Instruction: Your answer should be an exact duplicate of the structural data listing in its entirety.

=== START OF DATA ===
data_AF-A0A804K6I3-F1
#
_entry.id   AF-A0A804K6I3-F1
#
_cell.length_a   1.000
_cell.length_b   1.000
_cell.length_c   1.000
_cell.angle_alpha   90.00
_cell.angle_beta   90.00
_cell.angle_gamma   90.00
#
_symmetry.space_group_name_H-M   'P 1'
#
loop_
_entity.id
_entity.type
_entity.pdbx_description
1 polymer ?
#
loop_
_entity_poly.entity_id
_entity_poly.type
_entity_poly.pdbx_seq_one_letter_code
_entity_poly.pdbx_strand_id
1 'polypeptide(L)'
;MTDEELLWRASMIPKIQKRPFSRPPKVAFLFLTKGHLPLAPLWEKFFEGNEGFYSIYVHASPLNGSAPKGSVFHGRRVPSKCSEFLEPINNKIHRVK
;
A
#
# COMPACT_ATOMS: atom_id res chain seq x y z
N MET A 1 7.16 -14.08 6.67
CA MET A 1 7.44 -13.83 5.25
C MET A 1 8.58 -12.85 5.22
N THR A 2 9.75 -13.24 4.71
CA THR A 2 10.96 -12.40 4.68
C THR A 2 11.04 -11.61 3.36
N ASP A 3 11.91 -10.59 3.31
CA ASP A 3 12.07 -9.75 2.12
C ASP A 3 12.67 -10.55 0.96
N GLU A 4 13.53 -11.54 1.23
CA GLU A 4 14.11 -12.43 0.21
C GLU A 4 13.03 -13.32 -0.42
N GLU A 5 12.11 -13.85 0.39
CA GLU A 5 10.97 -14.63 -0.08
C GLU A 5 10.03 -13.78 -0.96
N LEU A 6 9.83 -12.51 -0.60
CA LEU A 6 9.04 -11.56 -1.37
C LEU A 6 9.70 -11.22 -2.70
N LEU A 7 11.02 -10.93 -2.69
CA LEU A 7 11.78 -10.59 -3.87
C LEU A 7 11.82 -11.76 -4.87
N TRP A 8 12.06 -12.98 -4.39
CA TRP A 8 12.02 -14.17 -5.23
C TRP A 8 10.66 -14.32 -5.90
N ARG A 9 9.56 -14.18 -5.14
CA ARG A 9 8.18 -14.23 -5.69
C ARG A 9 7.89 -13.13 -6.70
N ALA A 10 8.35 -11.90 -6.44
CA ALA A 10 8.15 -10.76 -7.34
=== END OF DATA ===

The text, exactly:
data_AF-A0A804K6I3-F1
#
_entry.id   AF-A0A804K6I3-F1
#
_cell.length_a   1.000
_cell.length_b   1.000
_cell.length_c   1.000
_cell.angle_alpha   90.00
_cell.angle_beta   90.00
_cell.angle_gamma   90.00
#
_symmetry.space_group_name_H-M   'P 1'
#
loop_
_entity.id
_entity.type
_entity.pdbx_description
1 polymer ?
#
loop_
_entity_poly.entity_id
_entity_poly.type
_entity_poly.pdbx_seq_one_letter_code
_entity_poly.pdbx_strand_id
1 'polypeptide(L)'
;MTDEELLWRASMIPKIQKRPFSRPPKVAFLFLTKGHLPLAPLWEKFFEGNEGFYSIYVHASPLNGSAPKGSVFHGRRVPSKCSEFLEPINNKIHRVK
;
A
#
# COMPACT_ATOMS: atom_id res chain seq x y z
N MET A 1 7.16 -14.08 6.67
CA MET A 1 7.44 -13.83 5.25
C MET A 1 8.58 -12.85 5.22
N THR A 2 9.75 -13.24 4.71
CA THR A 2 10.96 -12.40 4.68
C THR A 2 11.04 -11.61 3.36
N ASP A 3 11.91 -10.59 3.31
CA ASP A 3 12.07 -9.75 2.12
C ASP A 3 12.67 -10.55 0.96
N GLU A 4 13.53 -11.54 1.23
CA GLU A 4 14.11 -12.43 0.21
C GLU A 4 13.03 -13.32 -0.42
N GLU A 5 12.11 -13.85 0.39
CA GLU A 5 10.97 -14.63 -0.08
C GLU A 5 10.03 -13.78 -0.96
N LEU A 6 9.83 -12.51 -0.60
CA LEU A 6 9.04 -11.56 -1.37
C LEU A 6 9.70 -11.22 -2.70
N LEU A 7 11.02 -10.93 -2.69
CA LEU A 7 11.78 -10.59 -3.87
C LEU A 7 11.82 -11.76 -4.87
N TRP A 8 12.06 -12.98 -4.39
CA TRP A 8 12.02 -14.17 -5.23
C TRP A 8 10.66 -14.32 -5.90
N ARG A 9 9.56 -14.18 -5.14
CA ARG A 9 8.18 -14.23 -5.69
C ARG A 9 7.89 -13.13 -6.70
N ALA A 10 8.35 -11.90 -6.44
CA ALA A 10 8.15 -10.76 -7.34